India will build 11 fully indigenous supercomputers in the next phase of the National Supercomputing Mission (NSM). The central government recently approved the execution for 11 such machines. These computers will be built and installed in various research institutes across India. The government will also look forward to installing 73 indigenous supercomputers by the year 2022. Also Read - Google supercomputer creates its own ‘AI child’
Supercomputers are extremely powerful machines with very high processing capabilities. These computers can calculate complex numbers very fast. Hence, climate modelling, weather forecasts, national security and government information systems are some of the use-cases for them. Also Read - International Space Station to get first supercomputer next week
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NSM Phase I
The first phase of the mission comprised importing the parts required to build the supercomputer. The first built supercomputer was installed in IIT (BHU) this year. It was named ‘Param Shivay’. Later on, similar systems called Param Shakti and Param Brahma were installed at IIT Kharagpur and IISER Pune. Going forward, three more supercomputers will join in within a year. IIT Kharagpur will receive one of these. Bengaluru’s JN centre for Advanced Scientific Research will have one. IIT Hyderabad will get the third supercomputer. Also Read - China's new supercomputer is 10 times faster than the current fastest machine in the world : Report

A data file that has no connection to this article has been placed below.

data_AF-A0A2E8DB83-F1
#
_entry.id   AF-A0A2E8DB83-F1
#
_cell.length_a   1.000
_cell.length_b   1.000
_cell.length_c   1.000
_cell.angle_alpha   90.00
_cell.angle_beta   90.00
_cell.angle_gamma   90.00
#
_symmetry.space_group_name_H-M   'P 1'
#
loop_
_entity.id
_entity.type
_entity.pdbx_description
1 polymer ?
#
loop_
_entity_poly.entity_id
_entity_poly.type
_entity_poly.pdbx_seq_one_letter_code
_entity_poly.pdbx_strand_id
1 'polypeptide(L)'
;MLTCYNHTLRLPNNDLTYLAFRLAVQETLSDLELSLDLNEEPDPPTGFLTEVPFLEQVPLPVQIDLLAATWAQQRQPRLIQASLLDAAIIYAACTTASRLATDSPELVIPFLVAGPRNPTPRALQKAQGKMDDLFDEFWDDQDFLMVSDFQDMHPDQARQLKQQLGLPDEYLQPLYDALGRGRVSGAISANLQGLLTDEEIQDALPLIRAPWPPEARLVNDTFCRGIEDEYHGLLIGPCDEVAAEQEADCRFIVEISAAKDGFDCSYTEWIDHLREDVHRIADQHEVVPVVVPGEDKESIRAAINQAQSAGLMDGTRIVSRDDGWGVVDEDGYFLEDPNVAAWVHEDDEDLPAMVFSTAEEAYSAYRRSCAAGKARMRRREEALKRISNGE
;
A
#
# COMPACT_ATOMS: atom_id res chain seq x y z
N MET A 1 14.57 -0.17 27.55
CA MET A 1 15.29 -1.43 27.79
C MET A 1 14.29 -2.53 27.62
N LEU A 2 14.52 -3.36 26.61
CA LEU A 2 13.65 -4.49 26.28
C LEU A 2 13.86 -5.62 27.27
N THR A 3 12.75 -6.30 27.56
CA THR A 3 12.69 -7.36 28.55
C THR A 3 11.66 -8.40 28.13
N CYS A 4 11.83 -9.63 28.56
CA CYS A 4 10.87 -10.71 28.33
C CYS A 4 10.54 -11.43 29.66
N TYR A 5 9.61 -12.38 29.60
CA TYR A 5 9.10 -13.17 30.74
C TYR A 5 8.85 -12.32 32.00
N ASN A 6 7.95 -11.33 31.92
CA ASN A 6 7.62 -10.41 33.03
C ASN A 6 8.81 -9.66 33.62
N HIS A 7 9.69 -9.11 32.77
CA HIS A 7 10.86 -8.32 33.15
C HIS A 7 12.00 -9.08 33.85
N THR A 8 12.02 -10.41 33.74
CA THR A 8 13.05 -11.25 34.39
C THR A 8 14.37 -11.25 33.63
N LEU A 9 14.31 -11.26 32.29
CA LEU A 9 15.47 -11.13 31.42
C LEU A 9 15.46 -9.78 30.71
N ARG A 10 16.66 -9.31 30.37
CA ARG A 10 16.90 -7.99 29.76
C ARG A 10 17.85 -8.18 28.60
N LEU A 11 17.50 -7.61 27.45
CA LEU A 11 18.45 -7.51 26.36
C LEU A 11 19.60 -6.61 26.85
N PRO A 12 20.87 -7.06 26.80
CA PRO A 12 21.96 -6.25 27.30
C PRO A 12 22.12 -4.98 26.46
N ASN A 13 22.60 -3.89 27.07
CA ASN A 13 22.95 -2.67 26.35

Future Indian supercomputer plans
The supercomputers installed so far are only 60 percent indigenous, said Milind Kulkarni, head of NSM told The Print. This is because Intel develops the motherboards in these machines. However, the next 11 supercomputers will have C-DAC designed processors. These computers will be able to calculate operations at 10 petaflops. ‘Flops’, or floating point operations per second are units for measuring the calculative abilities of these machines.
According to Kulkarni, the C-DAC processors will be ready by March 2020. The processors are currently undergoing testing. Further, Kulkarni also mentioned that C-DAC will market the indigenous processor, which could bring down the cost of computer motherboards by 10 percent.
“One system will be installed at C-DAC exclusively for small and medium enterprises, so that they can train employees as well as work on supercomputers at very low cost,” Kulkarni said.
The budget for the NSM is Rs 4,500 crore. A third phase of the NSM also aims at making 100 percent indigenous supercomputers. Further, the government also approved a project to develop a cryogenic cooling system. These systems will be able to dissipate the generated heat in these supercomputers quickly. IIT Bombay and C-DAC will jointly build the cooling systems.